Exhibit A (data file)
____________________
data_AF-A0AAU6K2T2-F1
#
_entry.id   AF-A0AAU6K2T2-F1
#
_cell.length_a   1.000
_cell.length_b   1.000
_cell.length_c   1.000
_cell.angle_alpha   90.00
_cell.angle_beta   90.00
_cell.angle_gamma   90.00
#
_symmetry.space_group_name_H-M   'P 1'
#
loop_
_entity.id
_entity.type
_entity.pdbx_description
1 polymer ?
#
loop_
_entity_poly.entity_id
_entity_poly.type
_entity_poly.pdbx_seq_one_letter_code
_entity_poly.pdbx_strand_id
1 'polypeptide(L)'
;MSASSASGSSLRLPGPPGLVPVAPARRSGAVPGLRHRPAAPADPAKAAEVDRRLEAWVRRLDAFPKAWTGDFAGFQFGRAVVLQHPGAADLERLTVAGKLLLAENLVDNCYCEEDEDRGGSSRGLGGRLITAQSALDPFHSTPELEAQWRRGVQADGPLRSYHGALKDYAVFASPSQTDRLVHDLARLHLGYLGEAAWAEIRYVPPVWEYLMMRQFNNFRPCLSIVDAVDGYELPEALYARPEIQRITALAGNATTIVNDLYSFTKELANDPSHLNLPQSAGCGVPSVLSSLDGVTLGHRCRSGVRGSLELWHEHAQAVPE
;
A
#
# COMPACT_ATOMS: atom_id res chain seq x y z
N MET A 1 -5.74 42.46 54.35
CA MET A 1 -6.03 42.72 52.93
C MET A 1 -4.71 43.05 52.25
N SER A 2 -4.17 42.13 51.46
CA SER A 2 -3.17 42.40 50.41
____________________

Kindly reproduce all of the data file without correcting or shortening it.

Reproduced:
data_AF-A0AAU6K2T2-F1
#
_entry.id   AF-A0AAU6K2T2-F1
#
_cell.length_a   1.000
_cell.length_b   1.000
_cell.length_c   1.000
_cell.angle_alpha   90.00
_cell.angle_beta   90.00
_cell.angle_gamma   90.00
#
_symmetry.space_group_name_H-M   'P 1'
#
loop_
_entity.id
_entity.type
_entity.pdbx_description
1 polymer ?
#
loop_
_entity_poly.entity_id
_entity_poly.type
_entity_poly.pdbx_seq_one_letter_code
_entity_poly.pdbx_strand_id
1 'polypeptide(L)'
;MSASSASGSSLRLPGPPGLVPVAPARRSGAVPGLRHRPAAPADPAKAAEVDRRLEAWVRRLDAFPKAWTGDFAGFQFGRAVVLQHPGAADLERLTVAGKLLLAENLVDNCYCEEDEDRGGSSRGLGGRLITAQSALDPFHSTPELEAQWRRGVQADGPLRSYHGALKDYAVFASPSQTDRLVHDLARLHLGYLGEAAWAEIRYVPPVWEYLMMRQFNNFRPCLSIVDAVDGYELPEALYARPEIQRITALAGNATTIVNDLYSFTKELANDPSHLNLPQSAGCGVPSVLSSLDGVTLGHRCRSGVRGSLELWHEHAQAVPE
;
A
#
# COMPACT_ATOMS: atom_id res chain seq x y z
N MET A 1 -5.74 42.46 54.35
CA MET A 1 -6.03 42.72 52.93
C MET A 1 -4.71 43.05 52.25
N SER A 2 -4.17 42.13 51.46
CA SER A 2 -3.17 42.40 50.41